Face of homelessness has changed

Posted: April 6th, 2018 | Featured, News | No Comments

By Dave Fidlin

Upcoming Father Joe’s Villages gala to benefit therapeutic child care center

It is little secret the challenges surrounding homelessness in San Diego have been persistent — a reality underscored by data suggesting the number of impacted persons is rising in the city and elsewhere across the county.

But Deacon Jim Vargas, president and CEO of Father Joe’s Villages, said an important part of the conversation is sometimes lost in the conversation surrounding the epidemic.

“The face of homelessness has changed over the years,” Vargas said.

(l to r) Local artist Neil Shigley, Joe Ergastolo (board chairman), Deacon Jim Vargas (CEO), Jackie Vargas, Ed Witt (board member), Kimberly Hunt (master of ceremonies) and Billy Ray Smith Jr. at the 2016 Father Joe’s gala. (Courtesy of Nicole Anderson)

Decades ago, homelessness oftentimes was associated with a single man, perhaps down on his luck.

Today, however, an increasing number of women and entire families — children included — are finding themselves in transient, uncertain situations. It happens all too often for families a few paychecks away from being unable to make ends meet.

For this reason, Father Joe’s Villages, which has roots in San Diego stretching back to the 1950s, is continuing to put a spotlight on the dire needs of homeless children for the organization’s 34th annual Children’s Charity Gala, scheduled for May 5 and dubbed, “Up, Up and Away.”

According to organizers, proceeds from this year’s event will benefit Father Joe’s Villages’ services for children and families, namely a therapeutic child care center designed to give students a platform to excel in school.

From Vargas’ vantage point, the need for an amenity such as a therapeutic child care center is vitally important to San Diego. The goal of this year’s gala is to raise at least $500,000.

Vargas points to statistics asserting homeless children are four times more likely to have developmental delays in their formative years and twice as likely to repeat a grade in school. More than half of homeless youth historically have not graduated high school.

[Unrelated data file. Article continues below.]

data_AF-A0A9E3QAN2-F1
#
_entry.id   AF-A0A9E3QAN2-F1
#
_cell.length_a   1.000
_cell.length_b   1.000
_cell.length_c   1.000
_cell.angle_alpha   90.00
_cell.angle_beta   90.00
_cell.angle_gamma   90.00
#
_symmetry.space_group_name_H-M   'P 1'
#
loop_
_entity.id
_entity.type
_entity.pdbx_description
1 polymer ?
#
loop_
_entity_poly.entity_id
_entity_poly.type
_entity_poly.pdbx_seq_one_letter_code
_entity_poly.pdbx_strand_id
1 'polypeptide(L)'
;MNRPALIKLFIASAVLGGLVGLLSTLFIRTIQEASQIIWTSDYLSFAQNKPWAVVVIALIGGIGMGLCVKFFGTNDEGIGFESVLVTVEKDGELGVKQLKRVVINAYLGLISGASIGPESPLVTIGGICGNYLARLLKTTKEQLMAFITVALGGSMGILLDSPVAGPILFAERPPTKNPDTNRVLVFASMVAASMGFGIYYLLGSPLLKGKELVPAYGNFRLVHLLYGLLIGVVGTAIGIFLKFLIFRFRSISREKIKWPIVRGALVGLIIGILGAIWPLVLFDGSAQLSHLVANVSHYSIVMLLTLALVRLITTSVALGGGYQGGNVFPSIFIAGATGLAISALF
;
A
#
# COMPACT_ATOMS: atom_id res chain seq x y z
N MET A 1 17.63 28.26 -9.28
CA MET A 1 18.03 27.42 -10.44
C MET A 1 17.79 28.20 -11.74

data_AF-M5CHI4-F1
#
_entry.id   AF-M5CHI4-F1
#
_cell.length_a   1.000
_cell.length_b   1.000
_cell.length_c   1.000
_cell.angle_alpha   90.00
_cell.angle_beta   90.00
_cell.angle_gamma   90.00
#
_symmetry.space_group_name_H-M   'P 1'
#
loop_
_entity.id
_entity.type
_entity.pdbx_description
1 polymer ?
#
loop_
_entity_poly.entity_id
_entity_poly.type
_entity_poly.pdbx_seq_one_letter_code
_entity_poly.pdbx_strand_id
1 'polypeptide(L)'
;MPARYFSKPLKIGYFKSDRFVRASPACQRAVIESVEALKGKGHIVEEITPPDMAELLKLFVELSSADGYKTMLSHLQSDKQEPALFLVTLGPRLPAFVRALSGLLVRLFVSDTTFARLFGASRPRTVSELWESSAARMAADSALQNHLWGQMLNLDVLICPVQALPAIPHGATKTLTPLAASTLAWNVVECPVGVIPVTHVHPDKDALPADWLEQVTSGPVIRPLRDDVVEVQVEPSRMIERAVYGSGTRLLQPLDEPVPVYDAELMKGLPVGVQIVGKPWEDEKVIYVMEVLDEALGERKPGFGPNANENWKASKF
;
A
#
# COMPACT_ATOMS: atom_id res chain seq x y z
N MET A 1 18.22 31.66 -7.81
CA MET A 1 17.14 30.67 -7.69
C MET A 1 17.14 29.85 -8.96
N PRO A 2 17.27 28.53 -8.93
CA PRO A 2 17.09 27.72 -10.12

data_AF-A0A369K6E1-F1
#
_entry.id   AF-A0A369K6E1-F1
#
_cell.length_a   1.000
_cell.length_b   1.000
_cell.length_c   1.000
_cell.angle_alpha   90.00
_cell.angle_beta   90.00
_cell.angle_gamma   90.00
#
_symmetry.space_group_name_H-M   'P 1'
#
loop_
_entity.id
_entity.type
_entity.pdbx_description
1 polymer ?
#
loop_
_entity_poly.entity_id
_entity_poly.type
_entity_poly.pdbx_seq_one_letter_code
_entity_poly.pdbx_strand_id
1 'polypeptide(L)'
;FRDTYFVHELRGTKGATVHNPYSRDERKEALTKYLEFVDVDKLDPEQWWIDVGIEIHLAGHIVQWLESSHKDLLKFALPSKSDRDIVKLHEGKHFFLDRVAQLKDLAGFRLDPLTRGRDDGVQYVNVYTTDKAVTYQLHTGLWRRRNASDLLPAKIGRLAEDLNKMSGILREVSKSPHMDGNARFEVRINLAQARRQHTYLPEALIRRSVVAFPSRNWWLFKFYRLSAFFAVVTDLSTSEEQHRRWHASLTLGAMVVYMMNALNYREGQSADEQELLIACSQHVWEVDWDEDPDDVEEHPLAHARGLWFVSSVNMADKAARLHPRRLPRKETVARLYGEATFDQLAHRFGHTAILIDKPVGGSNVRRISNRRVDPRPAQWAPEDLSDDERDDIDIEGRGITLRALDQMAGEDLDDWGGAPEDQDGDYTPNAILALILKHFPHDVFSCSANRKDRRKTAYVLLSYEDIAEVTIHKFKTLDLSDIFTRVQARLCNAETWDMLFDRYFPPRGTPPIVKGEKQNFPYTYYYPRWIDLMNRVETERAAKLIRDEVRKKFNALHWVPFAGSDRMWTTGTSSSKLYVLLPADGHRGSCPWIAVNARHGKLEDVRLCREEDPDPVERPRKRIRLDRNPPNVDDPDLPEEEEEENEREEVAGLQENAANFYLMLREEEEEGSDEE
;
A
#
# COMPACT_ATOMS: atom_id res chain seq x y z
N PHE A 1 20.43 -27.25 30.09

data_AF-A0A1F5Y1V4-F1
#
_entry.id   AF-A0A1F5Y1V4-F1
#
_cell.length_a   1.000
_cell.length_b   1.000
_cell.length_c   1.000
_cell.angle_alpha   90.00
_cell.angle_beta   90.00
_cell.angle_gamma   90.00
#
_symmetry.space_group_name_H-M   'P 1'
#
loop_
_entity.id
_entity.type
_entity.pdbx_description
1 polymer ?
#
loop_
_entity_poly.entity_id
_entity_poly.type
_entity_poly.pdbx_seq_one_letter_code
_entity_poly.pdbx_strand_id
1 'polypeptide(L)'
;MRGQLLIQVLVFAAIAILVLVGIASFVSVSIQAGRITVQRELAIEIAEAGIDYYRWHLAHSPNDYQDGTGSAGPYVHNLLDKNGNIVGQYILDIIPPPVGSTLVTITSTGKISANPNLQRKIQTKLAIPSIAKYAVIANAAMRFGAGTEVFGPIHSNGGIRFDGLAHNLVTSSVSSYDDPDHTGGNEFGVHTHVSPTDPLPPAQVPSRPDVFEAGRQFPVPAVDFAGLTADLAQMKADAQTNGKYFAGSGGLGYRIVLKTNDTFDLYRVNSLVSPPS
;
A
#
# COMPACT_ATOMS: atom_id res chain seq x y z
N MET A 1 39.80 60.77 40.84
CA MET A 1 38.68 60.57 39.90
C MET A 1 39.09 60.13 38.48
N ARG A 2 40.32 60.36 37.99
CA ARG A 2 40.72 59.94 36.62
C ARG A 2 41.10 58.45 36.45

As with most galas, Father Joe’s Villages’ upcoming event has a somber undertone, looking at the seriousness of the homeless epidemic. But intertwined within the program will be plenty of inspiration.

This year, Father Joe’s Villages is honoring four persons or organizations for their roles in tackling homelessness.

Honorees include Franklin Antonio, co-founder of Qualcomm, for making Father Joe’s Villages’ public lunch program possible. In 2014, Antonio donated $2 million to the program, which serves up to 900 persons daily.

The Mulvaney Family — including Jim Mulvaney Sr. and Jim Mulvaney Jr. — are the recipients of this year’s founder’s award. Mulvaney Sr. worked alongside namesake founder Father Joe Carroll in the organization’s earliest years. Mulvaney Jr. his continued his father’s legacy, in part as a board member.

Students at two Catholic high schools — Cathedral and St. Augustine — are the recipients of this year’s Bishop (Leo) Maher Award, named after the former outspoken leader of the San Diego Archdiocese in the 1970s and 1980s. Father Joe’s Villages is recognizing the high school students for their volunteerism efforts, primarily with meal service.

Although this year’s honorees come from different walks of life and are being recognized for disparate reasons, Vargas said each holds a common thread.

“They’ve helped us in helping others,” Vargas said. “We do it one life at a time.”

But alongside the celebrating is the stark realization Father Joe’s Villages’ mission is not over — far from it, as Vargas pointed out as he discussed statistics revealing San Diego County remains firmly entrenched in the unenviable position of having the fourth largest homeless population across the U.S.

“The numbers are getting worse, not better, and we’re obviously going the wrong way,” he said. “This is a crisis. We don’t have enough affordable housing.”

The solution, Vargas said, is complex and requires both tried-and-true and unorthodox approaches.

“We really need to put together a plan to match the size of the problem,” he said. “But it doesn’t happen overnight. It takes a while.”

Father Joe’s Villages’ 2018 Charity Gala begins at 5 p.m. Saturday, May 5, at the U.S. Grant Hotel, 326 Broadway. Festivities include a VIP reception, social hour, silent auction, dinner and program.

For information on the gala, visit For details on Father Joe’s Villages’ various programs, visit

—Dave Fidlin is a freelance journalist with a special affinity for San Diego and its people. Contact him at

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